Gove’s attack on Etonians: a sign that senior Tories are giving up on the next election

written for The Telegraph, 15 March 2014

What has Gove got against Dave's old school? (Photo: Getty)

What has Gove got against Dave’s old school? (Photo credit: Getty)

Michael Gove’s interview with today’s FT contains an extraordinary attack on Etonian domination of the top of the Tory Party. Sure, he “doesn’t blame any of the individuals concerned”, and sure, it’s part of a broader crusade against social immobility in Britain. But Gove is a smart man, and as a former journalist he knows how to grab a headline. And he knows that in the Commons, hostility to the posh boys has grown since Cameron, a man with private wealth, branded a pay rise for MPs “unacceptable”.

It’s got pretty overt: last month MP Mark Pritchard tweeted: “Inside and outside of Parliament people are fed up of Old Etonians thinking they can pass on No10 like some sort of play thing or baton”. The target, obviously, was Boris Johnson, who famously described a leadership race as “the ball coming loose from the back of a scrum”. And shortly before Christmas, a Tory MP gave me a conspiratorial glance at a much-circulated copy of the 1980s classic, The Sloane Ranger Handbook. Cameron and Boris’s photographs had been glued into classic scenes of Eighties privilege in Chelsea. That David Cameron’s own life has been anything but charmed, with his tragically short-lived son, and his disabled late father, seems long forgotten.

So Michael Gove’s intervention is already being interpreted as an attempt to harness that resentment to his own leadership ambitions. The truth is more complicated: as confirmed by this week’s YouGov poll, Gove knows he’s a hate figure for the electorate at large, the necessary cost of going into battle with the teaching unions. Thanks to his popularity within the party, he will play a decisive role in the next leadership battle, but as I’ve written before, for all his ambition Gove deeply admires Keith Joseph, who constructed the intellectual architecture of the party under Margaret Thatcher but had to content himself with being her number two.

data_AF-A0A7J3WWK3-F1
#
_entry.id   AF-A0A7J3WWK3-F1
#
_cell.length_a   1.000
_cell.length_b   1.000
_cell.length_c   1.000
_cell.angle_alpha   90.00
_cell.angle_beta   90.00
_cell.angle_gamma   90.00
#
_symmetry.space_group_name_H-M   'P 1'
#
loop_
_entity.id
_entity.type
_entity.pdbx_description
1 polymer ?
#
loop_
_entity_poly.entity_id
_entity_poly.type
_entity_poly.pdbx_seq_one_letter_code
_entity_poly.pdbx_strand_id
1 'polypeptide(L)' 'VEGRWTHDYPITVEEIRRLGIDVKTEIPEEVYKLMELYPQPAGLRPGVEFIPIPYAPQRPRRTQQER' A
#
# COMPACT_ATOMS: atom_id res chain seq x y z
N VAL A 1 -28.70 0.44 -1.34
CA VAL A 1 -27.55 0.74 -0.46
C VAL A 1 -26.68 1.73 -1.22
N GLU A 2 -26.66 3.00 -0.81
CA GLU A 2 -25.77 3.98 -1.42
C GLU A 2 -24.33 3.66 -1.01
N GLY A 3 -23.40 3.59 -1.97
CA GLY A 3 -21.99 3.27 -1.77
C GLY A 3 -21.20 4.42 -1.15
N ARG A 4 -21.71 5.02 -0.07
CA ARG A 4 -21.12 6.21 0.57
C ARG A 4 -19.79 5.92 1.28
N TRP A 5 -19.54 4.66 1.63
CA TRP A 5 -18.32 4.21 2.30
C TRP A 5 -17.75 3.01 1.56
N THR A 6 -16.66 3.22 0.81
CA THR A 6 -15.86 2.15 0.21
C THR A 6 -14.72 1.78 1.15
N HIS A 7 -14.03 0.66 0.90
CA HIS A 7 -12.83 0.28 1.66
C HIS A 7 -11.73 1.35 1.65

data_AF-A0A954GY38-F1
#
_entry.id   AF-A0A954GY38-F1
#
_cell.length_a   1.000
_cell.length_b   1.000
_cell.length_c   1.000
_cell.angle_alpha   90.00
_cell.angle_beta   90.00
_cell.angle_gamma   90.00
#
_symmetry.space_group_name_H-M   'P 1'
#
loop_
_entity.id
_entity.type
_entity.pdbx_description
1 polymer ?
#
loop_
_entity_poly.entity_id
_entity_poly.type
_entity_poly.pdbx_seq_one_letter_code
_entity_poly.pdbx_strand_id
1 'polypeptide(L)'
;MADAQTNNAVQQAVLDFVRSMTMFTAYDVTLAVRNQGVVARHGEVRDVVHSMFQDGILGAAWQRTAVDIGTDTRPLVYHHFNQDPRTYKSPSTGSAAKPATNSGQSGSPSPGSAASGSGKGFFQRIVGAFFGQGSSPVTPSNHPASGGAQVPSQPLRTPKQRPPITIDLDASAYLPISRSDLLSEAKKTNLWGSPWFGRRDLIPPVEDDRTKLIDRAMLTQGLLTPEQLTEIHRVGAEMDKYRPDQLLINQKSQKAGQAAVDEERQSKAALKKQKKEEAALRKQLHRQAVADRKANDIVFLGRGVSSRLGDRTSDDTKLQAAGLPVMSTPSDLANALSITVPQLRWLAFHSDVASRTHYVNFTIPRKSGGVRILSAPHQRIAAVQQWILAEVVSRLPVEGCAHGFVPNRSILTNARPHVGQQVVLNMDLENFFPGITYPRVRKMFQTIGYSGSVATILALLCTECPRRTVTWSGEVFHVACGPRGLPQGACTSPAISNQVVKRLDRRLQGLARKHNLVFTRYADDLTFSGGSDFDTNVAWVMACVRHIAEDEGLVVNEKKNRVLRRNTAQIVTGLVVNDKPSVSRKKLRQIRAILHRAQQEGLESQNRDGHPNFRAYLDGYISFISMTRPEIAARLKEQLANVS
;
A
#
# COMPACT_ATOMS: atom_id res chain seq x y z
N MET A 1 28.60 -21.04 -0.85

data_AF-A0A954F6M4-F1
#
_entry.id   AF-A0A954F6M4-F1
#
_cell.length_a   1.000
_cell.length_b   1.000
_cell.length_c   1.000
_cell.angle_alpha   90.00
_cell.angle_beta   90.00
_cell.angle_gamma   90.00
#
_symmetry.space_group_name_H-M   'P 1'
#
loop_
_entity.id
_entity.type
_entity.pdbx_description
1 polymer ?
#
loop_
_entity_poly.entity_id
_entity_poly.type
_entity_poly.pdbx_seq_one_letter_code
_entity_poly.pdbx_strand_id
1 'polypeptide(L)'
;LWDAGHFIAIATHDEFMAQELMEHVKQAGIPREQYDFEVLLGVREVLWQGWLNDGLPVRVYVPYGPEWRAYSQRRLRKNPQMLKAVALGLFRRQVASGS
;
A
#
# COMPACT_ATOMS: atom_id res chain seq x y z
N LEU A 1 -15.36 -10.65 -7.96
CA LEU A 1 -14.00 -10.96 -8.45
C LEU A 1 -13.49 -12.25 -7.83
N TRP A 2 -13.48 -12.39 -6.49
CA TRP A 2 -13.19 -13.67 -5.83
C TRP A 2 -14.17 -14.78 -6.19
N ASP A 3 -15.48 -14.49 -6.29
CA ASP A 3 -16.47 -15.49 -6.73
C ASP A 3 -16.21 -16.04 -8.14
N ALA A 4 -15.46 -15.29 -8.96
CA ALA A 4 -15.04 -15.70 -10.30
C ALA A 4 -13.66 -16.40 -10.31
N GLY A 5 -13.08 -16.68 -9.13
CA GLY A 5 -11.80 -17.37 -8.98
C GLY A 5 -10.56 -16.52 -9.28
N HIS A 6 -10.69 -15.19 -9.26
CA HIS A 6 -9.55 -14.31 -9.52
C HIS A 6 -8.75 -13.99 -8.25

Since Gove delivered the CPS Keith Joseph lecture last year, his relationship with Boris has sharply deteriorated. As James Forsyth writes in The Spectator, he has become the front man for the Stop Boris campaign: “Michael is licensed to sink his teeth into Boris’s ankles in a way that neither the boss nor George can”. Gove wants to be kingmaker in the next election: distancing himself from the unpopular Cameron may boost his parliamentary clout, but this, like the grumblings of Mark Pritchard, is really an attack on Boris. Unfortunately for Gove, he’s not keen on Theresa May either – famously accusing her in a cabinet meeting last year of jostling to obviously to replace their boss. If the Cameron loyalists think George Osborne can win in the country, they’ll have an uphill struggle.

Beneath all this arcane Kremlinology, Gove’s headline-grabbing interview is a symptom of a much bigger story. When ministers expend precious energy on the next leadership race, it’s a sign they fully expect a vacancy. Last Sunday, Matthew d’Ancona wrote that “a wise Cabinet veteran of the Major years told me during the week that he felt his own party was going back to its constituencies and preparing for Opposition.” And over the last fortnight, I’ve been amazed by the number of Tory MPs who’ve quietly muttered to me: “of course, we’ll be in opposition next time”. Predictably, the ones who seem all too comfortable with this prospect are those with safe seats – those in marginals still speak brightly of their plans for the next Parliament.

While Gove’s latest power play may not be an attack on Cameron, it’s a clear sign of a party in crisis. The cabinet is already dividing the spoils of a 2015 defeat. The Tory Party is giving up on the next election.